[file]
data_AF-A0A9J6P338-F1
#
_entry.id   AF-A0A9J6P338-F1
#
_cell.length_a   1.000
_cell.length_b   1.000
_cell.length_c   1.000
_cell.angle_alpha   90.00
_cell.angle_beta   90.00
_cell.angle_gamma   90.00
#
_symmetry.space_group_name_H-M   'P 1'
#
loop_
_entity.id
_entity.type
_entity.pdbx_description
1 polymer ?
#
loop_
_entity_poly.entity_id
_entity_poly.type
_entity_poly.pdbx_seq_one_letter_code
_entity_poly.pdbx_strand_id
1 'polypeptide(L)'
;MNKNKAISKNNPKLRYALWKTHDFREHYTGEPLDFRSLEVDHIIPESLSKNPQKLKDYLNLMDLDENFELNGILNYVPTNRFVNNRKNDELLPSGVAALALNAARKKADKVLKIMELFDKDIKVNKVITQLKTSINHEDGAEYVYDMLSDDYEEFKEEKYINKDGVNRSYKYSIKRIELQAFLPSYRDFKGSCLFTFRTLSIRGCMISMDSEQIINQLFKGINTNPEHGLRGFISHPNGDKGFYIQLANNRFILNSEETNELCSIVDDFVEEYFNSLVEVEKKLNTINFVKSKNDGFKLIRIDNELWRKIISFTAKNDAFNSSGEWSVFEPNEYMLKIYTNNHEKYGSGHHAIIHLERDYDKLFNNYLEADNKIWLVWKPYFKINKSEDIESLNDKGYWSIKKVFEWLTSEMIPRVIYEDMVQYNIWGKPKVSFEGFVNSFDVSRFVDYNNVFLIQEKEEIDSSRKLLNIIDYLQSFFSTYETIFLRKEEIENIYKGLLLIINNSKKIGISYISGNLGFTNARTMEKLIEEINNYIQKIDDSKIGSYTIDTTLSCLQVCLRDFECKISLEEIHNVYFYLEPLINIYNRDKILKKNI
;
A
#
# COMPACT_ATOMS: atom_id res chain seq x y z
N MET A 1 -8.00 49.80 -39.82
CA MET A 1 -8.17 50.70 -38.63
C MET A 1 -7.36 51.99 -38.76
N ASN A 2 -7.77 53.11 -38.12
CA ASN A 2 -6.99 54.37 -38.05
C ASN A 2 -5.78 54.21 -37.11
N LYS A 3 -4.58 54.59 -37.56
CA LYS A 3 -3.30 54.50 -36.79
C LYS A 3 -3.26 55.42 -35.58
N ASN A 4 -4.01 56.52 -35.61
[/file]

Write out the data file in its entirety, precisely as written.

data_AF-A0A9J6P338-F1
#
_entry.id   AF-A0A9J6P338-F1
#
_cell.length_a   1.000
_cell.length_b   1.000
_cell.length_c   1.000
_cell.angle_alpha   90.00
_cell.angle_beta   90.00
_cell.angle_gamma   90.00
#
_symmetry.space_group_name_H-M   'P 1'
#
loop_
_entity.id
_entity.type
_entity.pdbx_description
1 polymer ?
#
loop_
_entity_poly.entity_id
_entity_poly.type
_entity_poly.pdbx_seq_one_letter_code
_entity_poly.pdbx_strand_id
1 'polypeptide(L)'
;MNKNKAISKNNPKLRYALWKTHDFREHYTGEPLDFRSLEVDHIIPESLSKNPQKLKDYLNLMDLDENFELNGILNYVPTNRFVNNRKNDELLPSGVAALALNAARKKADKVLKIMELFDKDIKVNKVITQLKTSINHEDGAEYVYDMLSDDYEEFKEEKYINKDGVNRSYKYSIKRIELQAFLPSYRDFKGSCLFTFRTLSIRGCMISMDSEQIINQLFKGINTNPEHGLRGFISHPNGDKGFYIQLANNRFILNSEETNELCSIVDDFVEEYFNSLVEVEKKLNTINFVKSKNDGFKLIRIDNELWRKIISFTAKNDAFNSSGEWSVFEPNEYMLKIYTNNHEKYGSGHHAIIHLERDYDKLFNNYLEADNKIWLVWKPYFKINKSEDIESLNDKGYWSIKKVFEWLTSEMIPRVIYEDMVQYNIWGKPKVSFEGFVNSFDVSRFVDYNNVFLIQEKEEIDSSRKLLNIIDYLQSFFSTYETIFLRKEEIENIYKGLLLIINNSKKIGISYISGNLGFTNARTMEKLIEEINNYIQKIDDSKIGSYTIDTTLSCLQVCLRDFECKISLEEIHNVYFYLEPLINIYNRDKILKKNI
;
A
#
# COMPACT_ATOMS: atom_id res chain seq x y z
N MET A 1 -8.00 49.80 -39.82
CA MET A 1 -8.17 50.70 -38.63
C MET A 1 -7.36 51.99 -38.76
N ASN A 2 -7.77 53.11 -38.12
CA ASN A 2 -6.99 54.37 -38.05
C ASN A 2 -5.78 54.21 -37.11
N LYS A 3 -4.58 54.59 -37.56
CA LYS A 3 -3.30 54.50 -36.79
C LYS A 3 -3.26 55.42 -35.58
N ASN A 4 -4.01 56.52 -35.61